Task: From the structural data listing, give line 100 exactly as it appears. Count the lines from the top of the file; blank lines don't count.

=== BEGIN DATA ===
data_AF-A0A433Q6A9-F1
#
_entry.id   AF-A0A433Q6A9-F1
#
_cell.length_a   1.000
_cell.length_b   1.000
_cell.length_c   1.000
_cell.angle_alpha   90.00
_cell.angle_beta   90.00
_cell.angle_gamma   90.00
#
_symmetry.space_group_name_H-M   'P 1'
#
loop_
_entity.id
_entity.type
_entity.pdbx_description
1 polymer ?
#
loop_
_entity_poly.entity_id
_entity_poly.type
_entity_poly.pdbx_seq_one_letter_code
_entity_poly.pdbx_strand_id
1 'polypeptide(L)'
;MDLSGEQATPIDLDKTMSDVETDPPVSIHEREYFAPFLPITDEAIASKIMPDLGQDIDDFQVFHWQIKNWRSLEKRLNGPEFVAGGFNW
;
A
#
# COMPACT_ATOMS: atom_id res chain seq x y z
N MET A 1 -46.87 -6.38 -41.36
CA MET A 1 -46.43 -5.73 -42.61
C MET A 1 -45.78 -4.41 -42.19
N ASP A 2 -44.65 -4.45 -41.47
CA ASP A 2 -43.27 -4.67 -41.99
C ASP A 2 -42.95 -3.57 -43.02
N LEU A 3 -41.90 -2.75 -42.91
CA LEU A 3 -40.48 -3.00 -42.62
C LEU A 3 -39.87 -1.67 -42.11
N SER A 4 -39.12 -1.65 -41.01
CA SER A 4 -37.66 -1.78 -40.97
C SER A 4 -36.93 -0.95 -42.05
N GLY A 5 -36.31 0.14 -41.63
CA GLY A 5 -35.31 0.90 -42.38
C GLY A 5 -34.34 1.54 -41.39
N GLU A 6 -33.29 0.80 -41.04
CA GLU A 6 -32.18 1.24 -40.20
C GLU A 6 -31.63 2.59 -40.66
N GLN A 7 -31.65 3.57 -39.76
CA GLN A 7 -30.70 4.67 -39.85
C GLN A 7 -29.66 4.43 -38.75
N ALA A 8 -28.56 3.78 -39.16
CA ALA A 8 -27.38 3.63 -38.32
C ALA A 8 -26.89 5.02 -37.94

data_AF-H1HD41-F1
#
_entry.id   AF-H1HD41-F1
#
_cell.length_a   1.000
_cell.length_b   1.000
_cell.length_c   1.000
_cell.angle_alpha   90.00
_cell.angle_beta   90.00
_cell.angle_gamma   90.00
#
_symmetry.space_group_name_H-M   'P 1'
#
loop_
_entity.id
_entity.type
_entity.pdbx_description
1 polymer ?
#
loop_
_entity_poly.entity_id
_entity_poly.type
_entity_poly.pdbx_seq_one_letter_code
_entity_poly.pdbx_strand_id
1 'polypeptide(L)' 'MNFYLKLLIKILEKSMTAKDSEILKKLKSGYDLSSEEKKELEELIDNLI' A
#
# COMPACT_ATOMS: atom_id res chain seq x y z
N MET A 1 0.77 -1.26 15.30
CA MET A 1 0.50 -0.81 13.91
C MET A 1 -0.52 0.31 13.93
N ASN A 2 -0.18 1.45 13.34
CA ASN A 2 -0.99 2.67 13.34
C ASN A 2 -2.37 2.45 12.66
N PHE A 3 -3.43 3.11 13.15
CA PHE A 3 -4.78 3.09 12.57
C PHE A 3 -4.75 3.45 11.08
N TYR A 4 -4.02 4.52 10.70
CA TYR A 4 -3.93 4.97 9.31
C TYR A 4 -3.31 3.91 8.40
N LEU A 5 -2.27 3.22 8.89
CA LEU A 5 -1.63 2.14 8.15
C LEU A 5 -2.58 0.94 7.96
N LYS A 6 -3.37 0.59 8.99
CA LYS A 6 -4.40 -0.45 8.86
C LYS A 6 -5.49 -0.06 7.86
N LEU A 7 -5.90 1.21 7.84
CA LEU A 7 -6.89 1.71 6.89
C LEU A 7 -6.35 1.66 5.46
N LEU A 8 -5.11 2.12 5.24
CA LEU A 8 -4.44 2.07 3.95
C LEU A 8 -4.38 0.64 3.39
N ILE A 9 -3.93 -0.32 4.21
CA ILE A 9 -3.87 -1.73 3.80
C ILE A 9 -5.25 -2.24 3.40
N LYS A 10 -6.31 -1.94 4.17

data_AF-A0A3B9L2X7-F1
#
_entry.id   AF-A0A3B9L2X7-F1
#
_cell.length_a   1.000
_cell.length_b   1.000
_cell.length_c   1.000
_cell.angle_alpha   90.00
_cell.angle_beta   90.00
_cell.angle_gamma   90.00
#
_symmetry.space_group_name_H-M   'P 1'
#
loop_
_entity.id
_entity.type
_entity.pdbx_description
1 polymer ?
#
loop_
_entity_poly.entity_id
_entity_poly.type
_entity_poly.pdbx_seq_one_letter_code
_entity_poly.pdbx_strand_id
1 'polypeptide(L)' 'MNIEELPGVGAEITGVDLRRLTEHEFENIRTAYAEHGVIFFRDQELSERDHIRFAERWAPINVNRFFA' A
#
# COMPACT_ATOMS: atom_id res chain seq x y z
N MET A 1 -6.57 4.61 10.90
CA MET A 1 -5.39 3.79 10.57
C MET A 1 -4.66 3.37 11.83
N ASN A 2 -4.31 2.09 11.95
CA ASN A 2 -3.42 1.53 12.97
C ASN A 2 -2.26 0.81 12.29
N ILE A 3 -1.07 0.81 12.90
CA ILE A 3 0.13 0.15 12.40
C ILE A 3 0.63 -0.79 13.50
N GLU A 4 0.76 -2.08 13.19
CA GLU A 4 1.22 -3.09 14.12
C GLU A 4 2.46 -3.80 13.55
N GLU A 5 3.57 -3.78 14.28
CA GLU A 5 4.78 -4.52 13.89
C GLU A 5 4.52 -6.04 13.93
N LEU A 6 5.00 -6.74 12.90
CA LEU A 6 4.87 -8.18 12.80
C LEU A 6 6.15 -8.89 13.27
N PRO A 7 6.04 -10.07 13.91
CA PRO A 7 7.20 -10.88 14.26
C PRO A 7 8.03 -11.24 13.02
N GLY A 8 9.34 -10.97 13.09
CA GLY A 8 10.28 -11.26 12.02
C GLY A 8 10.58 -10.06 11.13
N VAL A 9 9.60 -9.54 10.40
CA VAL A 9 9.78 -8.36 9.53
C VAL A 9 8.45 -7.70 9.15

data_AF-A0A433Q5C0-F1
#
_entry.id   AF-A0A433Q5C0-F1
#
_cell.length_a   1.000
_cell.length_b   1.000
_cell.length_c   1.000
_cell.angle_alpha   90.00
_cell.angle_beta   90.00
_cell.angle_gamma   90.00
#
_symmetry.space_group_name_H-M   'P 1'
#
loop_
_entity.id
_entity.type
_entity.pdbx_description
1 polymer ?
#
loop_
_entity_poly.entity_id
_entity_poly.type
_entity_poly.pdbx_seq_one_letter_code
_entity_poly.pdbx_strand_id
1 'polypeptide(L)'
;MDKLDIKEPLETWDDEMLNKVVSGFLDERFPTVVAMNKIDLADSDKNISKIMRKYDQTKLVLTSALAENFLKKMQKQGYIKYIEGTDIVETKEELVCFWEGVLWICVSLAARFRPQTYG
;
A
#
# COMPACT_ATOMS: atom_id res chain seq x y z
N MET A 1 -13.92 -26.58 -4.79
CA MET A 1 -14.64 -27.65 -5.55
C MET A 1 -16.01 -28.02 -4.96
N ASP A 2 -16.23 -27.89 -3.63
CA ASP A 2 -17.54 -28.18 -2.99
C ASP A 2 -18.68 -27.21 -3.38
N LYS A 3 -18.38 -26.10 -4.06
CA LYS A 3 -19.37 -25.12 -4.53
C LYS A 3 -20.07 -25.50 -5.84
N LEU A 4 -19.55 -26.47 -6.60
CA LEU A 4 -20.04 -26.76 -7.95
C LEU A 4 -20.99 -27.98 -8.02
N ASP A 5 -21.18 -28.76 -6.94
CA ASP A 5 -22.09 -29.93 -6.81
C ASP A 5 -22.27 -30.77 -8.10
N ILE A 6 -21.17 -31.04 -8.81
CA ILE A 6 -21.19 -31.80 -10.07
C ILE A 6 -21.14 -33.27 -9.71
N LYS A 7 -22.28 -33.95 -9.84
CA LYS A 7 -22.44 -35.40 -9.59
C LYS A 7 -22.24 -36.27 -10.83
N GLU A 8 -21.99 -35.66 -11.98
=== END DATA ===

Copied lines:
N LEU A 7 -5.90 1.21 7.84